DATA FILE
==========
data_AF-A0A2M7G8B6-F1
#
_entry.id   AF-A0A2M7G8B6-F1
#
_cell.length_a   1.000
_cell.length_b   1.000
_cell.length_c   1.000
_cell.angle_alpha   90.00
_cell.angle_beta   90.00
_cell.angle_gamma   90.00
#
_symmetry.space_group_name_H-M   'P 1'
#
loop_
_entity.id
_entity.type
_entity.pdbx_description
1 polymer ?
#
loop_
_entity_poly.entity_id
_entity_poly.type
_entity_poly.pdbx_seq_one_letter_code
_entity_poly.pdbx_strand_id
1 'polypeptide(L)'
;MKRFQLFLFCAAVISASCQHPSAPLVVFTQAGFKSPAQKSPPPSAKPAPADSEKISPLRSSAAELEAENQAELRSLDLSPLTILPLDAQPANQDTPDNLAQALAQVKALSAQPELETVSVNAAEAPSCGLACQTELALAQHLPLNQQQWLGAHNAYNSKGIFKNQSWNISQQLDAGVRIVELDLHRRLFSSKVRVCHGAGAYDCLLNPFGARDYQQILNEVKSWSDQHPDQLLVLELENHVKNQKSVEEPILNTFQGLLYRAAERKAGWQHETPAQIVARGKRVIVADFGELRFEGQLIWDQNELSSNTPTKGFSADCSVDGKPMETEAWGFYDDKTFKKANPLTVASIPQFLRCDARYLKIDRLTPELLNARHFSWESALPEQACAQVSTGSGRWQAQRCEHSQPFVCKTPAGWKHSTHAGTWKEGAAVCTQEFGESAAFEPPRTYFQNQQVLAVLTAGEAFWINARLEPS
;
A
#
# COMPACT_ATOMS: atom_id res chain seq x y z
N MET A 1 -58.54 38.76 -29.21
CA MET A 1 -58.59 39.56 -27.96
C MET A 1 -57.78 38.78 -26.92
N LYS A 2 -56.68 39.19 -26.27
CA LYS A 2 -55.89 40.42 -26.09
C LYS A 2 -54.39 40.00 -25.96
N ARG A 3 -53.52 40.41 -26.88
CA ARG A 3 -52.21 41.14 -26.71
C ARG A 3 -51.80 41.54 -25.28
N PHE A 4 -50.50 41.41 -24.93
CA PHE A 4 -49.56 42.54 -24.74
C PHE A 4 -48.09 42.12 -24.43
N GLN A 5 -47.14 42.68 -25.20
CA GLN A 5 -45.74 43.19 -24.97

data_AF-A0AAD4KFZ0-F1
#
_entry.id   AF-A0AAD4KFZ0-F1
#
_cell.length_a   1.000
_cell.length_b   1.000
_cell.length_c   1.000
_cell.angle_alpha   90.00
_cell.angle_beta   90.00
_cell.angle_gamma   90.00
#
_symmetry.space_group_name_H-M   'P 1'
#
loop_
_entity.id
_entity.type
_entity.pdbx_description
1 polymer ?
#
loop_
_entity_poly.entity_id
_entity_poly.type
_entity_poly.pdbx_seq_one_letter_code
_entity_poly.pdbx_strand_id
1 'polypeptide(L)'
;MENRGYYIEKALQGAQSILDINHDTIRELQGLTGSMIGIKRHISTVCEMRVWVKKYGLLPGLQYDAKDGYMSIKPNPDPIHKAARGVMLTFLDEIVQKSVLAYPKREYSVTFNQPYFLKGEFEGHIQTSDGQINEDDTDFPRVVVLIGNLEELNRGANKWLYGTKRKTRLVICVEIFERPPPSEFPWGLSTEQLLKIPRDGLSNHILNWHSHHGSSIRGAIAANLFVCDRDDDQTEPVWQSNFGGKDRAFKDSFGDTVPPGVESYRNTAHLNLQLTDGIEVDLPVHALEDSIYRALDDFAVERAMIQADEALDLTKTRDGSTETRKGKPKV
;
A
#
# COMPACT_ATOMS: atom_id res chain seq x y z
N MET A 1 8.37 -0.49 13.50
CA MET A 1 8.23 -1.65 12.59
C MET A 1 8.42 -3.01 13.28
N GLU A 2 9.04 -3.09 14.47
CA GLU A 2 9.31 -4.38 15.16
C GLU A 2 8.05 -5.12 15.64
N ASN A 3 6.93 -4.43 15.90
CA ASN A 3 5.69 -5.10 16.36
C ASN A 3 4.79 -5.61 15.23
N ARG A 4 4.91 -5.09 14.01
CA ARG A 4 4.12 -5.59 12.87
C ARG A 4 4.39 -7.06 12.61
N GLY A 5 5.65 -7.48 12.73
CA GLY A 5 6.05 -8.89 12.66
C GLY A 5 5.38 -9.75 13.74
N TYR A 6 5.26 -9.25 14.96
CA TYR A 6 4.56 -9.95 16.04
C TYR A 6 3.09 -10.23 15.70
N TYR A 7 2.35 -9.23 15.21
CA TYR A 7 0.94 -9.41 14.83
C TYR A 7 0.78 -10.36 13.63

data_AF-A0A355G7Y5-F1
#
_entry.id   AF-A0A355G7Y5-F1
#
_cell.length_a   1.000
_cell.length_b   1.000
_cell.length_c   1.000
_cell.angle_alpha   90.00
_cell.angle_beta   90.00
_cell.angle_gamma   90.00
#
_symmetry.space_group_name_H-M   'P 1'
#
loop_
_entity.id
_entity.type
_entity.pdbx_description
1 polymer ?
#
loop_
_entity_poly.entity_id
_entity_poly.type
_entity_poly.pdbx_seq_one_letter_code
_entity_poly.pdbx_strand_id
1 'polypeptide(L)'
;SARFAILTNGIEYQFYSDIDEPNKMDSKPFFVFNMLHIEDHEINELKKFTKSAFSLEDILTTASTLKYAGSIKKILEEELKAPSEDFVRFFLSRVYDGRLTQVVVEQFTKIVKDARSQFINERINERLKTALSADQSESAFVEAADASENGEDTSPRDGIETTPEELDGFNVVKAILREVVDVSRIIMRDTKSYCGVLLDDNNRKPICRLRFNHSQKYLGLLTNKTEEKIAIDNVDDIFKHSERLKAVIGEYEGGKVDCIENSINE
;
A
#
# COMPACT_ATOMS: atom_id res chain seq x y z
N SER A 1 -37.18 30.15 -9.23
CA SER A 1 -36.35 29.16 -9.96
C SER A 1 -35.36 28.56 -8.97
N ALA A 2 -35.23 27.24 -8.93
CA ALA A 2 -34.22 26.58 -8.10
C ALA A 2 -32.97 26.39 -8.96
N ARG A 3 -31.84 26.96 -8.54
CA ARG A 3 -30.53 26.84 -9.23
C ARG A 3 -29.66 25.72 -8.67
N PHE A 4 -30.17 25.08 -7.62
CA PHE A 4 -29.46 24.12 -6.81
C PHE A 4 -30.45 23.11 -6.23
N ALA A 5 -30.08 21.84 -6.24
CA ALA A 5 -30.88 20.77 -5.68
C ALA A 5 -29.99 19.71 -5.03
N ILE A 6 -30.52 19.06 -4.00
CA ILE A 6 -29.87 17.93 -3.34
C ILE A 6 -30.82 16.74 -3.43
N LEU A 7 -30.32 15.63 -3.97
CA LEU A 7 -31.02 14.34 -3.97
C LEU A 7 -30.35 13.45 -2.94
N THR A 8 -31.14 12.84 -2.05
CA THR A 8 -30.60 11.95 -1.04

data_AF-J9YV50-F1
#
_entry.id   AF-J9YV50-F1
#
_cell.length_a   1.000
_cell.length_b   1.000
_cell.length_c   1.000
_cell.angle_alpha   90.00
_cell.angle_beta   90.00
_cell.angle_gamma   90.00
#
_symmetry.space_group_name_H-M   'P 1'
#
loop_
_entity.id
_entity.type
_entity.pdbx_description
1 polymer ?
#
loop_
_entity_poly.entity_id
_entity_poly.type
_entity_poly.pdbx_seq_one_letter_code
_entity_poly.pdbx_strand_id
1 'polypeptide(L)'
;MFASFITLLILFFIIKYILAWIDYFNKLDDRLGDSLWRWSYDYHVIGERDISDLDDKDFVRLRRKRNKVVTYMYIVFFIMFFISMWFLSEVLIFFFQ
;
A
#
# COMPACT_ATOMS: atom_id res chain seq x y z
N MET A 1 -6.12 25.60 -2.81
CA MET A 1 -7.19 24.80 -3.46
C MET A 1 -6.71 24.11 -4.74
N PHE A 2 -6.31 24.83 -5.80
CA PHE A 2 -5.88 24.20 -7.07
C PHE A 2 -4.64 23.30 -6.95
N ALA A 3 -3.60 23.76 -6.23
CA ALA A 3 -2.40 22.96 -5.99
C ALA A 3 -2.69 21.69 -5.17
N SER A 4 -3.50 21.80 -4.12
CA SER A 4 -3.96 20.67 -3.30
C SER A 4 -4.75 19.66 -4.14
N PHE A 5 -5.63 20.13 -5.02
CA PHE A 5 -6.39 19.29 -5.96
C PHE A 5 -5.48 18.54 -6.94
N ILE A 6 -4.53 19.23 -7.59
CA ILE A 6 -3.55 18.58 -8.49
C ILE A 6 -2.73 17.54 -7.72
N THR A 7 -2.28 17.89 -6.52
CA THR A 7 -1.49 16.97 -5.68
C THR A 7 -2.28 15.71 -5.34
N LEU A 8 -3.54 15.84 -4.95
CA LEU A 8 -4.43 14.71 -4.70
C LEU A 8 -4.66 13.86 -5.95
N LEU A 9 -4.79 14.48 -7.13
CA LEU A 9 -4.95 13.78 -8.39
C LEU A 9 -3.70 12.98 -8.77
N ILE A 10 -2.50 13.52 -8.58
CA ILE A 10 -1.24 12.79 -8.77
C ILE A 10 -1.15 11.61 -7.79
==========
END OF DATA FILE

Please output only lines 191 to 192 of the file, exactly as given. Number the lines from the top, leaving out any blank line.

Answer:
N PHE A 5 -5.63 20.13 -5.02
CA PHE A 5 -6.39 19.29 -5.96